Military Commanders' Perception

Military commanders report that the primary function of the military public affairs office is to act as an active member of the staff; "know the enemy" in terms what the public is hearing/reading/saying and what they need to hear or read from me; provide command information and publications; and provide advice. Public affairs is supposed to be the advisor to the commander and staff; be the conduit for the flow of information to the internal audience and from the soldiers and their families to the commander. Be the force multiplier by keeping soldiers, their families and the local community educated and informed about what is going on within the Army and the command.

Military commanders report that the overall role of public affairs in the military is to know just about everything going on within the organization and installation, as well as being conversant with what is going on within the chain-of-command at least the next higher up and the next lower down, ideally two levels up and two down so they can be prepared to spot opportunities to tell the Army story, as well as recommending ways to demonstrate being a team player. One respondent quotes "If they do this well enough, they are a force multiplier, if not, they appear to be an asset-wasting leach staff weenie who drag down the morale of soldiers and civilians supporting the organization."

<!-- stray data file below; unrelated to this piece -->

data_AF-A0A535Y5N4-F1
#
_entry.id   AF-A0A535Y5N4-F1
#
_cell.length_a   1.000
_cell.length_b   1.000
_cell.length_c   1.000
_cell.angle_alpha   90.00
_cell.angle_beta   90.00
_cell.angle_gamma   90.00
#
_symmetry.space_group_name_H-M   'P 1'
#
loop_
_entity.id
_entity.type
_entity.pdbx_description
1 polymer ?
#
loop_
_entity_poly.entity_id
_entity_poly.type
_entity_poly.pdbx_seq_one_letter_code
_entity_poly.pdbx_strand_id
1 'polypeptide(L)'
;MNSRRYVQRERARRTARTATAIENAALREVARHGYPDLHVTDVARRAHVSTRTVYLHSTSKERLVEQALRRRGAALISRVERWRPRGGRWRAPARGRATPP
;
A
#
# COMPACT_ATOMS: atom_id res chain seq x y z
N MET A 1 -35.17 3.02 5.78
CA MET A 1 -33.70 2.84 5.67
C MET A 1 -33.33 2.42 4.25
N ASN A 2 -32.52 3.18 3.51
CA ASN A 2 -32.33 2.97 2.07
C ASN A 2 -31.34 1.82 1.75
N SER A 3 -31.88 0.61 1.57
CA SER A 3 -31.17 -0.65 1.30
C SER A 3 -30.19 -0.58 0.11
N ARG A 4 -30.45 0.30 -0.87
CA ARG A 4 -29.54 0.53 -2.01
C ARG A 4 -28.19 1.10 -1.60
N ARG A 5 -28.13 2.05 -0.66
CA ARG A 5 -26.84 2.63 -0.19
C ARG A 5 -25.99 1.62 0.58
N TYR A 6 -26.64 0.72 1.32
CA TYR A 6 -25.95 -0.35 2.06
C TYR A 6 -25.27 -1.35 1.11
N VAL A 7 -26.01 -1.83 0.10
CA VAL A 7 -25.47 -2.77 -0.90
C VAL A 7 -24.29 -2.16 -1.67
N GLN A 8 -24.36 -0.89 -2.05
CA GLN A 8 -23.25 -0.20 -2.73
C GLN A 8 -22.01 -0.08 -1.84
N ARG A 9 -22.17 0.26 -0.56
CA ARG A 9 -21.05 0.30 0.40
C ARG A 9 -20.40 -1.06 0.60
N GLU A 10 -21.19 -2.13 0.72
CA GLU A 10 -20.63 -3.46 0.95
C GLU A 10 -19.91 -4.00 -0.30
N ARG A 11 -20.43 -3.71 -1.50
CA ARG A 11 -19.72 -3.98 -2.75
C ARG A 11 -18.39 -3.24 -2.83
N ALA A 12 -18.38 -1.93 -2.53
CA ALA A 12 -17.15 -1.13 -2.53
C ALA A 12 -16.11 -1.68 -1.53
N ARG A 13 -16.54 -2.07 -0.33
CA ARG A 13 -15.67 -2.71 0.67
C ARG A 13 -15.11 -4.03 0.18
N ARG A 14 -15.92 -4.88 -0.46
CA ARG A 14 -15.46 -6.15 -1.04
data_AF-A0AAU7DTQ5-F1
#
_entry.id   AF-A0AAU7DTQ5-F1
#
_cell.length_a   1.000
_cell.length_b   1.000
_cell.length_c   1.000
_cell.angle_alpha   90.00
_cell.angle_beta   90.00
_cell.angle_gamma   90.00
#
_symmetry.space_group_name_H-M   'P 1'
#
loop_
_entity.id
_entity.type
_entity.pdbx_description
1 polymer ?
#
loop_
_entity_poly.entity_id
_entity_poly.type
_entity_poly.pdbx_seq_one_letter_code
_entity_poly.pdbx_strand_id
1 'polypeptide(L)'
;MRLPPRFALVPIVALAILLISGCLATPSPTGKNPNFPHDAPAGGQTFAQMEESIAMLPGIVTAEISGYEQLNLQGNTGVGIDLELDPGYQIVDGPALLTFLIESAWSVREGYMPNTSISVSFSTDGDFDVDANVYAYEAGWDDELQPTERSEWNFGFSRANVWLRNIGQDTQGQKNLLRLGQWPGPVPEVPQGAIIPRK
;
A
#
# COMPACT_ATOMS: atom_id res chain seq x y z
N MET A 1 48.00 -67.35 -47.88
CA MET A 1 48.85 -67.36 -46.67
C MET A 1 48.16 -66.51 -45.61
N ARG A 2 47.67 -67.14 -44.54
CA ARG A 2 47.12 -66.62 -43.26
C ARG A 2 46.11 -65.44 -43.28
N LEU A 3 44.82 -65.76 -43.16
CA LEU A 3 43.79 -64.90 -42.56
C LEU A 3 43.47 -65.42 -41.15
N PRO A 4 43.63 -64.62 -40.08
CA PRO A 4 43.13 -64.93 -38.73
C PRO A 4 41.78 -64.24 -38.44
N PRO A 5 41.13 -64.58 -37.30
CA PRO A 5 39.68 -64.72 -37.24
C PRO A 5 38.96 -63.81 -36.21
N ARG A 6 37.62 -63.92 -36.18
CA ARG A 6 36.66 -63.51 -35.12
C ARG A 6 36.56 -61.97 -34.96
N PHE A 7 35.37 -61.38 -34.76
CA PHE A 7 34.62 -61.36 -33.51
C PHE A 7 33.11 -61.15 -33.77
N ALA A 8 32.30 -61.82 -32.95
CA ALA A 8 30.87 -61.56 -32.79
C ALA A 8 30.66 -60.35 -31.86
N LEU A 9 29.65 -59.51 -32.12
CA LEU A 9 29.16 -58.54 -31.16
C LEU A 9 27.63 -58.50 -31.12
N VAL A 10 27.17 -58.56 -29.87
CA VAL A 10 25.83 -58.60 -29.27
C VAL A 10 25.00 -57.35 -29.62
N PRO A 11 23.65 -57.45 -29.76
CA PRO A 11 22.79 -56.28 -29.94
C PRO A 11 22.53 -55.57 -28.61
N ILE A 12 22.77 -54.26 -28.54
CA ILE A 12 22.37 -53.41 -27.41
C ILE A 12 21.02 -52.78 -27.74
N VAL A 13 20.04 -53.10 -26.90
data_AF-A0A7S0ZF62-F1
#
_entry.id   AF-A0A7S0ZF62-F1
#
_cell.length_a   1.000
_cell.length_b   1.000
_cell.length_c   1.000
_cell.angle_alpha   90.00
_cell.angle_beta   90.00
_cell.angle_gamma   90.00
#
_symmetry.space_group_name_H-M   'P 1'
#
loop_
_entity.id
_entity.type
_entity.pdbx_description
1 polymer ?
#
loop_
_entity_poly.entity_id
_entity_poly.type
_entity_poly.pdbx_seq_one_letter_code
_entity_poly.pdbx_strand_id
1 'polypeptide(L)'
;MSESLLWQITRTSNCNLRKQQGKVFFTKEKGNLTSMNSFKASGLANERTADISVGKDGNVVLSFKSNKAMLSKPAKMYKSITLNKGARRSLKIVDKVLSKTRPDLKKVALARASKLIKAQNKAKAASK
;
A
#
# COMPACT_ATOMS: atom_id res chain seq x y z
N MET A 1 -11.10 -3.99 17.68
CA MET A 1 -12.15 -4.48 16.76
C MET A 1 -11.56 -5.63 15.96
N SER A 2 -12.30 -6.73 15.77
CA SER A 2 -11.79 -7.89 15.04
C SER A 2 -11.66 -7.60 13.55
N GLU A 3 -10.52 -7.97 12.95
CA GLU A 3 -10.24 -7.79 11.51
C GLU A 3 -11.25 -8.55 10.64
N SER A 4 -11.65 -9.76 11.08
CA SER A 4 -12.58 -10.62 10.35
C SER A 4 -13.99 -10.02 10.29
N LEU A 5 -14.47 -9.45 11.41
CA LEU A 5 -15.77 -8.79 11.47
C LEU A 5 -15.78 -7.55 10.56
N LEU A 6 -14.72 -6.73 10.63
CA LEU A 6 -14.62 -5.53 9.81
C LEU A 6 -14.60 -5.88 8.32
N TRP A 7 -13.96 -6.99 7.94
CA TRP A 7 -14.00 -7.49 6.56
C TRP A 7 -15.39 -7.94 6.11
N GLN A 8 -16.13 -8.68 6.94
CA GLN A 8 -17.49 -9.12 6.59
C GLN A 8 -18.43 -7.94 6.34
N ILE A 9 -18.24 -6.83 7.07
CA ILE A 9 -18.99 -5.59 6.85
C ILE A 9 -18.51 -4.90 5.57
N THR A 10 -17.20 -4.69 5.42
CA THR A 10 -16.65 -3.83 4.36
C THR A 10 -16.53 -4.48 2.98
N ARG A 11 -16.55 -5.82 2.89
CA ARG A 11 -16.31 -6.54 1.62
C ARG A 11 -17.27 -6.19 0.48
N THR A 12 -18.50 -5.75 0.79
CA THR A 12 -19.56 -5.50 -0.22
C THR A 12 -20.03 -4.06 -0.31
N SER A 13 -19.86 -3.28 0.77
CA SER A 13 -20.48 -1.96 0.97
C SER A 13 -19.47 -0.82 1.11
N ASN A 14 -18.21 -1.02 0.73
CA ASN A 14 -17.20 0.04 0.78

Military Commanders also report that commanders use public affairs professionals for objective advice, mission analysis and recommendations for courses of action, professional news media networking, support to planning and executing the mission. According to the data, this depends upon the commander. Some commanders will cause the good PAO to work even harder than he or she already was working to keep everyone informed. Others will use the PAO as the designated person to fair-catch the javelins thrown by angry publics or media representatives, or even worse, to demand the PAO to be either a spin doctor or personal publicist, getting the commander's photo and name in the media at every trivial pretext as possible. Some commanders intentionally pick their weakest officer and make them a PAO, whereas more successful commanders seek out the best qualified officer and make them a PAO so they can identify with the subordinate commanders as well as higher and lower staff members. Some commanders ignore their PAO until it is too late. Good commanders use their PAOs as sounding boards for ideas and keep their PAOs informed about everything so the PAO can properly plan for events and actions in advance rather than rely on reactive, knee-jerk actions that serve no useful purpose. Some miscellaneous duties that can be assigned to a PAO include congressional liaison, protocol, special event coordinator, and community liaison with other federal agencies within the area. (Assuming no military staff officer for these duties.)